Jane O'Connor

Jane O’Connor

Dr Jane O’Connor, Senior Researcher in Education (Early Years) at Birmingham City University.

As both the mum of a toddler and a Senior Researcher in Early Years’ Education I am particularly concerned about the lack of information and guidance for parents about babies and very young children using touchscreens such as smartphones and iPads.

I am currently potty training my little boy and we are both finding it a rather challenging time.  But wait a minute, there’s an App for that! Within minutes he is being congratulated by a total stranger on his ability to perform a bodily function and being awarded virtual stickers that he can drag over to his high definition reward chart. My feelings are mixed. Am I being a ‘good’ mum finding up to the minute ways to help my child reach early milestones as well as en-culturing him into the digital world in which he will grow up? Or am I a being a ‘bad’ mum, jettisoning my parental responsibilities onto a pixelated piece of programming, a high resolution load of nonsense that adds nothing to my son’s experience of life and potentially confuses his emerging ability to socialise and build relationships?

The truth is that nobody knows. Yet. The truth is that it is in the vested interests of the technology companies and software producers to aggressively market touchscreen devices and Apps to families with babies and very young children because they want to ensure that the next generation are securely attached to their products, and will support them for a lifetime.  The question of whether using technology from such a young age is actually beneficial to children has become somewhat lost in the thrill of the new. Touchscreen interfaces mean that babies can drag and tap from just a few months old and are able to interact with technology in a way which was impossible until a couple of years ago. This is an enormous change in the whole experience of early childhood which is potentially incredibly liberating for the very young, but which is also unchartered territory in terms of their physical, educational, social and psychological development.

I think there is an urgent need for a neutral, rational approach to exploring the use of touchscreens by very young children which has no other agenda other than to find out what we do not know and suggest ways forward which will help parents make informed choices about their children’s technological activities. The ‘Technobabies’ project which I am leading at Birmingham City University aims to do just that by way of a questionnaire asking the parents/carers of babies and toddlers about their children’s use of touchscreens and to identify any concerns they may have. By gathering this information we can start to map out how families are incorporating touchscreens into their homes and the lives of their children, and what they feel are the potential benefits and problems that such technology may bring to the very young. We can also identify what kind of advice and information families would like, advice which is located in the well-being of their children and which is based on academic, and not market, research.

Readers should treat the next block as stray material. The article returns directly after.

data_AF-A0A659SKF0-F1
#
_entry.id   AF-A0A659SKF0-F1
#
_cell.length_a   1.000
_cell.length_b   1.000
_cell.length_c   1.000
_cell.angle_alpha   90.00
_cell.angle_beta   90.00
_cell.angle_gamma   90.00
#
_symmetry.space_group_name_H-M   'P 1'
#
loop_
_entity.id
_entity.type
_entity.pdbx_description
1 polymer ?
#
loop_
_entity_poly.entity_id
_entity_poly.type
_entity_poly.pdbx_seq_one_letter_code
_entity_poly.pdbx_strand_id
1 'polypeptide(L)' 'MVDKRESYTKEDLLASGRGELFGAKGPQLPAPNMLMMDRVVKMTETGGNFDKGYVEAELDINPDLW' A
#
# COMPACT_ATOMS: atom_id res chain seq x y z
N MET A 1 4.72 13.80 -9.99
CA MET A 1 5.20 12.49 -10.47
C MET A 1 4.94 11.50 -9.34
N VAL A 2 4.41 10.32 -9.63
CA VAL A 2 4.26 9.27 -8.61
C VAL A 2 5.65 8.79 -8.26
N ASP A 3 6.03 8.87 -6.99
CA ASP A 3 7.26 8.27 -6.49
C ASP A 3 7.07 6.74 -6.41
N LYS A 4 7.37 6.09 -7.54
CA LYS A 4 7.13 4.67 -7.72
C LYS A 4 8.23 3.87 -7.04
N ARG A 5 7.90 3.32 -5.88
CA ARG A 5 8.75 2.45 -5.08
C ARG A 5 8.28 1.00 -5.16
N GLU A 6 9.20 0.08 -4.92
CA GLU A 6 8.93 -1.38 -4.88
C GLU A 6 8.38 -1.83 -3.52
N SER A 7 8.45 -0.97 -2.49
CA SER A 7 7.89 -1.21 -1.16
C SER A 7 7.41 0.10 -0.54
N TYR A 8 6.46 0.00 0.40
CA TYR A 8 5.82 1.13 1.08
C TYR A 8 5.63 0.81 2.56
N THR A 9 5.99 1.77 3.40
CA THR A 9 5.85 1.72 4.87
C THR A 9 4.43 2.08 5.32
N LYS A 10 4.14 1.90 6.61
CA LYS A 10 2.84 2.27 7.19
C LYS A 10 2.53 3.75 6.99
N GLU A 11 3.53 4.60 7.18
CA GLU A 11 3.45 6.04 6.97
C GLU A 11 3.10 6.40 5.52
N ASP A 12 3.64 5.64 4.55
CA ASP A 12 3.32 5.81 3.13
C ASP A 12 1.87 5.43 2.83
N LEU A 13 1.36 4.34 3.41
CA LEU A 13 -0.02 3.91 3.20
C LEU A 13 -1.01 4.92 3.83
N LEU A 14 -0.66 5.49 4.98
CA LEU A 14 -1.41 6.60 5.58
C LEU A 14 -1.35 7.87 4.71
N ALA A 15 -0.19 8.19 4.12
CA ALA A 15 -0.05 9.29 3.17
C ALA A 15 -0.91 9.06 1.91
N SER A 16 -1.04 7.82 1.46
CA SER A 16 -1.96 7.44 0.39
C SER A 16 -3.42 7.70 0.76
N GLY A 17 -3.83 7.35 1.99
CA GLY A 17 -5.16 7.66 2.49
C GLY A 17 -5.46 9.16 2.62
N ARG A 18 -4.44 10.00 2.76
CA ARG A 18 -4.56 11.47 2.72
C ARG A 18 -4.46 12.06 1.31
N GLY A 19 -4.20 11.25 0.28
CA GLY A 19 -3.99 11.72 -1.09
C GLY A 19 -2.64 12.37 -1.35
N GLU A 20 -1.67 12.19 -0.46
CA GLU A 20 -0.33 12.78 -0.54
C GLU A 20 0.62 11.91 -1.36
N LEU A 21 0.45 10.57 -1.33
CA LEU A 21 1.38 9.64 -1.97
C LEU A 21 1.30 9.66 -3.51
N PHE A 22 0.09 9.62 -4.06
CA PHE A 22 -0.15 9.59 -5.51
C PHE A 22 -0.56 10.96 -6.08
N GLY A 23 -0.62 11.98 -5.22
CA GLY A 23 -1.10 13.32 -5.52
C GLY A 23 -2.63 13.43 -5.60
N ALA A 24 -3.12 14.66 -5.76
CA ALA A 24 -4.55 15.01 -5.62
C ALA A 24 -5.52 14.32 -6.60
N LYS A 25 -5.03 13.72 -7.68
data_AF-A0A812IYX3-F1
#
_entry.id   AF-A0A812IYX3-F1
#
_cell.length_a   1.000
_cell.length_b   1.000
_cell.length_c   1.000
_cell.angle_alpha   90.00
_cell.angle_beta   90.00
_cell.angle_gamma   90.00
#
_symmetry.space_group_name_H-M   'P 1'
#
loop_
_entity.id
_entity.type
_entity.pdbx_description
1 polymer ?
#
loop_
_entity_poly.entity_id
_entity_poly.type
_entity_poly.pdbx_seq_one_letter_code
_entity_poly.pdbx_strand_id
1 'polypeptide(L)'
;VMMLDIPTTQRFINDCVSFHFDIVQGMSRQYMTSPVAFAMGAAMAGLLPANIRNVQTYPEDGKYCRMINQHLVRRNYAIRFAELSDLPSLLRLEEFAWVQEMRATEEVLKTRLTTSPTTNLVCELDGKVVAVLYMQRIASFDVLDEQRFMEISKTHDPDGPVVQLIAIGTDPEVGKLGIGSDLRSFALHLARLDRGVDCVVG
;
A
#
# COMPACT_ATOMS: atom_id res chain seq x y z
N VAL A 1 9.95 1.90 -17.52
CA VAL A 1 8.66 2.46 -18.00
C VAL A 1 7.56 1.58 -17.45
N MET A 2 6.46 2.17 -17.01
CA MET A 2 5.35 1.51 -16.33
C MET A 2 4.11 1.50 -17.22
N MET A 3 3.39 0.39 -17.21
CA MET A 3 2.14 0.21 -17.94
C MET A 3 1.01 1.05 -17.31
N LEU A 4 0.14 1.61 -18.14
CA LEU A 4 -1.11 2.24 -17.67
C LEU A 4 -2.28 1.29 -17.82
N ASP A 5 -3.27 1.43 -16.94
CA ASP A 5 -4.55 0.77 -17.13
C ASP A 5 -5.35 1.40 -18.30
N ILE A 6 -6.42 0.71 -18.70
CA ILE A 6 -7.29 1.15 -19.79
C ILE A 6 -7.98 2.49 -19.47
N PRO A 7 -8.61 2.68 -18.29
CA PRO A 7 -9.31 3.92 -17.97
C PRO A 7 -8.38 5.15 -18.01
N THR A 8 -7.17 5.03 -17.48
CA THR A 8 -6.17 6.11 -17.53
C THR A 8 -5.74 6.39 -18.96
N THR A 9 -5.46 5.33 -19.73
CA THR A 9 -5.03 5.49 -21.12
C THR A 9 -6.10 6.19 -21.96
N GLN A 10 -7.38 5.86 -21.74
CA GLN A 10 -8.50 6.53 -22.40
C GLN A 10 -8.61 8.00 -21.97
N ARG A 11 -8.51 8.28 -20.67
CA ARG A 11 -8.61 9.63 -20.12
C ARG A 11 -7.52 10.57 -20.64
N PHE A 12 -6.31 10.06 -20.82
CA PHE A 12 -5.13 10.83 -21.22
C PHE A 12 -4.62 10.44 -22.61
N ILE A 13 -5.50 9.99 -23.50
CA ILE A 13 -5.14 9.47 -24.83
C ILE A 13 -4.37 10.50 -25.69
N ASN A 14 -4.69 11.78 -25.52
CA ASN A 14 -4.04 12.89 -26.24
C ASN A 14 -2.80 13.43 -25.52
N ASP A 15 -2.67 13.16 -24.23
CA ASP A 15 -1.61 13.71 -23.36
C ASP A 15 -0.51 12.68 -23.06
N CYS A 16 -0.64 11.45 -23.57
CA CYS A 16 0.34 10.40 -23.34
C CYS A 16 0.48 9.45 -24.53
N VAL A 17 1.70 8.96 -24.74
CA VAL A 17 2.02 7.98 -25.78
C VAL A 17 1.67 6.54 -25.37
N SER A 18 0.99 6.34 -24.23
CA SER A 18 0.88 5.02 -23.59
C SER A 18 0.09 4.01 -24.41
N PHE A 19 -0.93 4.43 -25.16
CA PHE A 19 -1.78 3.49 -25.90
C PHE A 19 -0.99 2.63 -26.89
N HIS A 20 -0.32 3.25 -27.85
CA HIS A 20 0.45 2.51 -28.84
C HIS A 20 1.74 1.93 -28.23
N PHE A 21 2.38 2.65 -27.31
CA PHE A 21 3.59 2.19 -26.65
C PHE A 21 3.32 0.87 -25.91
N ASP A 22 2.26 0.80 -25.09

If you have at least one child under three and would like to be part of this research project please click on the link below to complete the short on-line questionnaire. The more parents and carers we can get to fill in the information about their children the more we can begin to understand the lived reality of bringing up children in a digital age.

http://www.survey.bris.ac.uk/bcu/technobabiesproject

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Jane O'Connor

Jane O'Connor

Senior Researcher in Education (Early Years) at Birmingham City University